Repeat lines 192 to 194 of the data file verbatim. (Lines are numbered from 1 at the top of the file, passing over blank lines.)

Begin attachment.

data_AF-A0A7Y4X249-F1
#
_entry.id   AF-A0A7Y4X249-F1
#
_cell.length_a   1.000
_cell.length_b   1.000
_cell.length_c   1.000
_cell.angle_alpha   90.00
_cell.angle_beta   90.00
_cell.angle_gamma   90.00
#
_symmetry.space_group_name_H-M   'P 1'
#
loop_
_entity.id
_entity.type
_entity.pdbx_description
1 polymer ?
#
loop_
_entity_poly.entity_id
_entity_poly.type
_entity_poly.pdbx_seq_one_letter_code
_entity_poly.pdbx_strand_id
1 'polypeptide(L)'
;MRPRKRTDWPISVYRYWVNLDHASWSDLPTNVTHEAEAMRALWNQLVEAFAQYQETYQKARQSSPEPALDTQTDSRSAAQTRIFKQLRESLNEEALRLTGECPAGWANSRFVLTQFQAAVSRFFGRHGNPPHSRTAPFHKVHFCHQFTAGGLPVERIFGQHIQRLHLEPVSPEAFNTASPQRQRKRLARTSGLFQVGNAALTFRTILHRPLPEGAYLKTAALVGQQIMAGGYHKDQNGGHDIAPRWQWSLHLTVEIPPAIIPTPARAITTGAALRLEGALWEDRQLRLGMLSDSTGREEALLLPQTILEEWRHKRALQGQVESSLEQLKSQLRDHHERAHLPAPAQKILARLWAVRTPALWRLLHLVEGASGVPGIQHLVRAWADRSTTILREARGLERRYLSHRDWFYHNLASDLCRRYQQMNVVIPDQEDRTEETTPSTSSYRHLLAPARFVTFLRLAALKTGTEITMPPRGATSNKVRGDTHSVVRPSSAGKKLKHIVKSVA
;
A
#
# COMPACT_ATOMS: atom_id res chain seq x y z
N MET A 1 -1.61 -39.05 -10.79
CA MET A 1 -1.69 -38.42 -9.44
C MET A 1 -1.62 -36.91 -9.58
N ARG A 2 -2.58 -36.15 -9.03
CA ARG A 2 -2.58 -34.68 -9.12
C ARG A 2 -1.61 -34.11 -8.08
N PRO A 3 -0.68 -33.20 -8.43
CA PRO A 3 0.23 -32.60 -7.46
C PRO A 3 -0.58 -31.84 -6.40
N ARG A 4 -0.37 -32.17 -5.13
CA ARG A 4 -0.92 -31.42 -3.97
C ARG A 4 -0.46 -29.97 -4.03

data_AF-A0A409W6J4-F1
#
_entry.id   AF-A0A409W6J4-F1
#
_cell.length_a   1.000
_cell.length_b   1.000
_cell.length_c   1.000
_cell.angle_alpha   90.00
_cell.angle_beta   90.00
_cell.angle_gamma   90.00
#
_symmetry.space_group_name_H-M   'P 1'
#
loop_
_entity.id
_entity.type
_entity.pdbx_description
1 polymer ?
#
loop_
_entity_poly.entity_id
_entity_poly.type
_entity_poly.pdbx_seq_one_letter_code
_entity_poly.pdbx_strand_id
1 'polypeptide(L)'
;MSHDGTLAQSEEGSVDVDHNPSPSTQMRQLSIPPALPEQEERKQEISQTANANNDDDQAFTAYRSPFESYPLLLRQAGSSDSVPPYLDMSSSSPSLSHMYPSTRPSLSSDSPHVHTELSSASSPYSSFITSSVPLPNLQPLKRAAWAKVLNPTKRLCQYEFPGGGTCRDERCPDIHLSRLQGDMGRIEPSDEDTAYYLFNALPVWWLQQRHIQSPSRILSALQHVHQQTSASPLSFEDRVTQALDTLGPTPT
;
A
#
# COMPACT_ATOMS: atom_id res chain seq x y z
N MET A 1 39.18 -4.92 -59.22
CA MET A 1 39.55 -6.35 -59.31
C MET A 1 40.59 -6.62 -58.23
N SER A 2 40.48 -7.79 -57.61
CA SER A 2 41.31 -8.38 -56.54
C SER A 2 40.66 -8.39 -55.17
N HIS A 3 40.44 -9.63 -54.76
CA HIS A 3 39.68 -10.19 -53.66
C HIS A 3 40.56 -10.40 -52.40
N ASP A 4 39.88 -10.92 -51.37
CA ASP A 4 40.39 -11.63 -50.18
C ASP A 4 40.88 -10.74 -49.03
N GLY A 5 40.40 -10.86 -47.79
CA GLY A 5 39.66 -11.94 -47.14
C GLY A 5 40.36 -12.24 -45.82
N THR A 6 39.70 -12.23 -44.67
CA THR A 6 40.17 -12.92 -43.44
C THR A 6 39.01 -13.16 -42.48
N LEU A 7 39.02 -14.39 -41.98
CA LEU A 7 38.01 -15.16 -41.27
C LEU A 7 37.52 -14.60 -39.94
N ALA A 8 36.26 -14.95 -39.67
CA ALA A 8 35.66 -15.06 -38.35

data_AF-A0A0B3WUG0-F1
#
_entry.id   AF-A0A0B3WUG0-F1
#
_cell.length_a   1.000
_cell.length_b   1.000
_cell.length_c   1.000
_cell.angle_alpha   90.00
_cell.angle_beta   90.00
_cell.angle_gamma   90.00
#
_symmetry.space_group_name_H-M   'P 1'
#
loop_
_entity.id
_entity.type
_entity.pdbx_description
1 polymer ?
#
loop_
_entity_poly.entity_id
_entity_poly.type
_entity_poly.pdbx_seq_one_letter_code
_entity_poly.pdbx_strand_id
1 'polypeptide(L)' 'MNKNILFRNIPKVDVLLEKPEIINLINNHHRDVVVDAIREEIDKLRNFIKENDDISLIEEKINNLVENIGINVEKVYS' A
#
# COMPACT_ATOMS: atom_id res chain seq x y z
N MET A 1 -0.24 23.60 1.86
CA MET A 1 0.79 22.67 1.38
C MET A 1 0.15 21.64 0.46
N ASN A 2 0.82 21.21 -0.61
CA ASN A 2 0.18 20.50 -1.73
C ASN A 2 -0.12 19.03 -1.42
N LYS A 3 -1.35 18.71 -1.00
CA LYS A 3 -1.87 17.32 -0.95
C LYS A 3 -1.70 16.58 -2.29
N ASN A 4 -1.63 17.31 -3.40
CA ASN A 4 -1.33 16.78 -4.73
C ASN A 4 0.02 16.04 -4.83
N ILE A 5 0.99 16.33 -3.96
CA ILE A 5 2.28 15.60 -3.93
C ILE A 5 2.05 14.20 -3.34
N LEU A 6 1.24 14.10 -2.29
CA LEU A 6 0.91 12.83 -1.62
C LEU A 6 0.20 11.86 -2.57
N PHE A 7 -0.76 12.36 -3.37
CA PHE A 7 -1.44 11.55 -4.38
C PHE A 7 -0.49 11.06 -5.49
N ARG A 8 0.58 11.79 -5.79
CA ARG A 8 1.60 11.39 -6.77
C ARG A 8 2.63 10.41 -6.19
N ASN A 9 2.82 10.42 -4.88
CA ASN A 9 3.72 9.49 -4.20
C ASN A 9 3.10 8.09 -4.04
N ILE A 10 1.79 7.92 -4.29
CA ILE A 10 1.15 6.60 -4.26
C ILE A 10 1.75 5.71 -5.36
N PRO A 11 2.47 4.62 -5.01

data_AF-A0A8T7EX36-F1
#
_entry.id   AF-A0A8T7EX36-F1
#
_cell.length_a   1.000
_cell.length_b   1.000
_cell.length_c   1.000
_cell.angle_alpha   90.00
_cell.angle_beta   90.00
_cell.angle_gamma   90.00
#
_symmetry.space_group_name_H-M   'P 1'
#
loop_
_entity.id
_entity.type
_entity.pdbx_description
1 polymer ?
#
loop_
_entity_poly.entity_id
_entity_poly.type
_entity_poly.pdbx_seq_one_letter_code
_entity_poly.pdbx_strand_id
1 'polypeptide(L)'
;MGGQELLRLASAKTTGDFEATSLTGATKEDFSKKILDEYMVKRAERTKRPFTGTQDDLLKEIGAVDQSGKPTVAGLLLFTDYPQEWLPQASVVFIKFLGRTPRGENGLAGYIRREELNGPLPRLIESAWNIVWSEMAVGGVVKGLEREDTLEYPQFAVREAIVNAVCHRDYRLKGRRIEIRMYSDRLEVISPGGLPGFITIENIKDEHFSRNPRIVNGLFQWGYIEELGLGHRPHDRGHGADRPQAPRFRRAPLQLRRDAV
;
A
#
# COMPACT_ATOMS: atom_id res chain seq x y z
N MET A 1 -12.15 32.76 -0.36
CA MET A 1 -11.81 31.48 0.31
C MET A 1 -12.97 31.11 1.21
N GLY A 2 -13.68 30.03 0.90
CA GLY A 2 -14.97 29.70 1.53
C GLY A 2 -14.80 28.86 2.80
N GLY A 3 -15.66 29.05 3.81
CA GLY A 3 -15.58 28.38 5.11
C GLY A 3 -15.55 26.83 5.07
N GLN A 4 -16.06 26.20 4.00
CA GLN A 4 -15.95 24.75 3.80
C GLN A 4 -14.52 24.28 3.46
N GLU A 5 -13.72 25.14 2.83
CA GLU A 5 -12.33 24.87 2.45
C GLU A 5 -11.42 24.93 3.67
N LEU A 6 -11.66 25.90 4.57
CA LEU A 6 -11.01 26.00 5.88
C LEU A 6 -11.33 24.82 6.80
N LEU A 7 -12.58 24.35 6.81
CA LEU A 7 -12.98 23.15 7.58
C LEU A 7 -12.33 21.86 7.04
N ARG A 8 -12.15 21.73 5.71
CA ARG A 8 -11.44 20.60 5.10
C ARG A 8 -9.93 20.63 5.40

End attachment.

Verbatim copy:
C GLY A 3 -15.55 26.83 5.07
N GLN A 4 -16.06 26.20 4.00
CA GLN A 4 -15.95 24.75 3.80